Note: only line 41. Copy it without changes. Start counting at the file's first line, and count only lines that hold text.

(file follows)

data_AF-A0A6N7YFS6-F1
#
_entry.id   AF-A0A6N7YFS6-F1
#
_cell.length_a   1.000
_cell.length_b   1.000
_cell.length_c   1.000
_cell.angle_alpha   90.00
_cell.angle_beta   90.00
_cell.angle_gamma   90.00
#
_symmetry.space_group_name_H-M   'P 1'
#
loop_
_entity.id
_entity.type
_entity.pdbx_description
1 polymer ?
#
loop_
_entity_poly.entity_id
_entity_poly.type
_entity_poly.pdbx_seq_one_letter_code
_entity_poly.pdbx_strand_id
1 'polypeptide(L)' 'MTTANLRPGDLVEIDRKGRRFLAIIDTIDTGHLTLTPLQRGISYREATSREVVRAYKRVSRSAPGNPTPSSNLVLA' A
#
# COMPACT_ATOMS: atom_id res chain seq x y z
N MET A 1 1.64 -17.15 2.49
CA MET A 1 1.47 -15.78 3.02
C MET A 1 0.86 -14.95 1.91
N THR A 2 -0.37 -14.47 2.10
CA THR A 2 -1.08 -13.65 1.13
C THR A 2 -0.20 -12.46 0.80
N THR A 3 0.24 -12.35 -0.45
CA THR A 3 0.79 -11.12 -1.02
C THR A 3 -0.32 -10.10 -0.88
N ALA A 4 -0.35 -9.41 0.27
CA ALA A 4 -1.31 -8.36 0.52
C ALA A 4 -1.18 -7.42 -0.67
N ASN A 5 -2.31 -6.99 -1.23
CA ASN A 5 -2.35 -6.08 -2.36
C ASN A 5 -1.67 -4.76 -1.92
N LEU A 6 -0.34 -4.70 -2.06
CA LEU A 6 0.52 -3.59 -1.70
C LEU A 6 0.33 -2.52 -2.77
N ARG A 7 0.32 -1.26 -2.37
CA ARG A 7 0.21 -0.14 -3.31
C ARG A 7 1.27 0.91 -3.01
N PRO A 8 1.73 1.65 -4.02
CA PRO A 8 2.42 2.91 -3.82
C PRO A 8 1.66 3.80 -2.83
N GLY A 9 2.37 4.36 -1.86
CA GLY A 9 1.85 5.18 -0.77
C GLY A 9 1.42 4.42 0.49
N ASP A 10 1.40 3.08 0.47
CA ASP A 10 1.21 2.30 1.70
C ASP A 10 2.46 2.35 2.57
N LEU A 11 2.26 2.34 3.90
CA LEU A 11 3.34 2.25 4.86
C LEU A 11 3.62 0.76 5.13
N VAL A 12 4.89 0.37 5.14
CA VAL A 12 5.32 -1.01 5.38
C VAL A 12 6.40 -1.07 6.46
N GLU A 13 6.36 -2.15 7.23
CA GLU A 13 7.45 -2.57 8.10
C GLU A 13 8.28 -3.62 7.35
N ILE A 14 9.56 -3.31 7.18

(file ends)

CA ASN A 5 -2.35 -6.08 -2.36